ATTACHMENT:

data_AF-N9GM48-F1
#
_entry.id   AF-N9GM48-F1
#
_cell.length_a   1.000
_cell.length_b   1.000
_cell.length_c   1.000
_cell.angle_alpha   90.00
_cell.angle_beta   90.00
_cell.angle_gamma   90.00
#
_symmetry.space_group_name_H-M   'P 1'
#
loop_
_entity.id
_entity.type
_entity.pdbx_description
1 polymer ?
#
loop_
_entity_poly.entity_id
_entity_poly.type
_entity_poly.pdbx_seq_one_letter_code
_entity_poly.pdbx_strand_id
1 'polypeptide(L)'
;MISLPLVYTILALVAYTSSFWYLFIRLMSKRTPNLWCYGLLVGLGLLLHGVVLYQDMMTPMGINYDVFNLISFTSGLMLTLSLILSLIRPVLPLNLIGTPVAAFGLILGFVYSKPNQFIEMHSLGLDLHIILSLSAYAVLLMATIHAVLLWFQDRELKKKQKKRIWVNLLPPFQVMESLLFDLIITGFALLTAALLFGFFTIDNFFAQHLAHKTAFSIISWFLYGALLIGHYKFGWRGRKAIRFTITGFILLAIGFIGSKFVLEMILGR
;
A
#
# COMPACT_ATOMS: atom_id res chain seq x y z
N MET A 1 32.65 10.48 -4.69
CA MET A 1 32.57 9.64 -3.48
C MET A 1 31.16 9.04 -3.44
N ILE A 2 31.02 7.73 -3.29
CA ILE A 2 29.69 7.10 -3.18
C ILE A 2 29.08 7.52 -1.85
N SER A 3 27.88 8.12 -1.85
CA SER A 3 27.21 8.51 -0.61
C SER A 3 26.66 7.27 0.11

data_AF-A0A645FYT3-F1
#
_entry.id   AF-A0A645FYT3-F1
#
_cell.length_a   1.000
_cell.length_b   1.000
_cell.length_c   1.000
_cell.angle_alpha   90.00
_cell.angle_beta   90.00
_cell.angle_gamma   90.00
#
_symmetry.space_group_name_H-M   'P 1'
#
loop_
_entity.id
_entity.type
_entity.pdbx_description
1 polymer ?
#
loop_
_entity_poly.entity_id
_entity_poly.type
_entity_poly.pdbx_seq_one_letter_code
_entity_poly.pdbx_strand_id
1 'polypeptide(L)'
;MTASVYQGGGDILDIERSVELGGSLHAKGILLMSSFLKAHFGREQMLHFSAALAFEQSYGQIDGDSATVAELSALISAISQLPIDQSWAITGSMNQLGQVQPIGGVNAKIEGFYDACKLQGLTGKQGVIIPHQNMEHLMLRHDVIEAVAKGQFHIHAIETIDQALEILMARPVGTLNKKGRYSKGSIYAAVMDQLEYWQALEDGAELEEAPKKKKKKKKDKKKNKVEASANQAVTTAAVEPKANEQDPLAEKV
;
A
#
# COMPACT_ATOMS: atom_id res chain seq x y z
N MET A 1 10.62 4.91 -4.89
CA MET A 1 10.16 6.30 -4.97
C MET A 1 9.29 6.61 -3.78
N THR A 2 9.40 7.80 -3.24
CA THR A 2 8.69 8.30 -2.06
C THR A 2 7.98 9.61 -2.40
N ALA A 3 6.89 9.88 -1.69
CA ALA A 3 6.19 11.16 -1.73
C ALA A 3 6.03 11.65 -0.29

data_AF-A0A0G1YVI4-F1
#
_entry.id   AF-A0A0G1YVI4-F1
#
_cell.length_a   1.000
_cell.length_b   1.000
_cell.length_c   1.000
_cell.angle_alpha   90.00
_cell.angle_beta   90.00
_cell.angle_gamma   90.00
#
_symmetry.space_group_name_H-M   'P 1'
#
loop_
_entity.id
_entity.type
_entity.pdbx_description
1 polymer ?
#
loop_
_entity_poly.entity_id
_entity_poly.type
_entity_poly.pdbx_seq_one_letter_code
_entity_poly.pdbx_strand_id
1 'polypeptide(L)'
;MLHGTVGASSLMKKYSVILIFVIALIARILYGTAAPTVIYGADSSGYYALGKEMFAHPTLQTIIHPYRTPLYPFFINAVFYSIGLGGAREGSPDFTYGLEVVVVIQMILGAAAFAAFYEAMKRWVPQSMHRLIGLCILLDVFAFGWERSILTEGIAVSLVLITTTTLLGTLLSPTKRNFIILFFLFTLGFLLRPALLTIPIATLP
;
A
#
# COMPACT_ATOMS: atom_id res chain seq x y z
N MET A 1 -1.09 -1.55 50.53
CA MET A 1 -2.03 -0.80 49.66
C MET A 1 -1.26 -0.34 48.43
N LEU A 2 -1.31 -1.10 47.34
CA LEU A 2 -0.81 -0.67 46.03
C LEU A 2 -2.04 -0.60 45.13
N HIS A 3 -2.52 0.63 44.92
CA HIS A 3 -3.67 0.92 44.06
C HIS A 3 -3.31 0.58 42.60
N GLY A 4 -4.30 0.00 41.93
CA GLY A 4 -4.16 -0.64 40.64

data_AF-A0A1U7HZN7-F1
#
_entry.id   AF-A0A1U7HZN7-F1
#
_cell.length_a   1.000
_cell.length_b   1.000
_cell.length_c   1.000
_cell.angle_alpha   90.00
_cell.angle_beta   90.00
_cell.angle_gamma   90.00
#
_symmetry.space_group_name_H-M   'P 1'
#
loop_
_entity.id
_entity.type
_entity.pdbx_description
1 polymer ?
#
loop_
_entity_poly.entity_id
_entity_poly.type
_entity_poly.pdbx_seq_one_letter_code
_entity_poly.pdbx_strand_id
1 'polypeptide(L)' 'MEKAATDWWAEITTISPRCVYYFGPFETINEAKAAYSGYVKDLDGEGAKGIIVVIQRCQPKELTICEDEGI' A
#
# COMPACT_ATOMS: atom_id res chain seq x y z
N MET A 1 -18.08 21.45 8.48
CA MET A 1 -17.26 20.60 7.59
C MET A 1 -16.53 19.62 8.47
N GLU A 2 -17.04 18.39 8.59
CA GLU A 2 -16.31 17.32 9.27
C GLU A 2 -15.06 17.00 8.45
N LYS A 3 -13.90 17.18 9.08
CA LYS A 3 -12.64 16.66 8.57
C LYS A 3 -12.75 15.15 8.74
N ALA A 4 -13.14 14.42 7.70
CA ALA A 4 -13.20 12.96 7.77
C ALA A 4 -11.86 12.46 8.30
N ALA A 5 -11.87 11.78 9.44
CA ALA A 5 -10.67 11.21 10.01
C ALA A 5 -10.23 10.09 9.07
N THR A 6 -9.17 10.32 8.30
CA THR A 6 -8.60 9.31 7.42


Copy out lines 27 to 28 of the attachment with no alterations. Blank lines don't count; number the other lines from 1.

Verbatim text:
;
A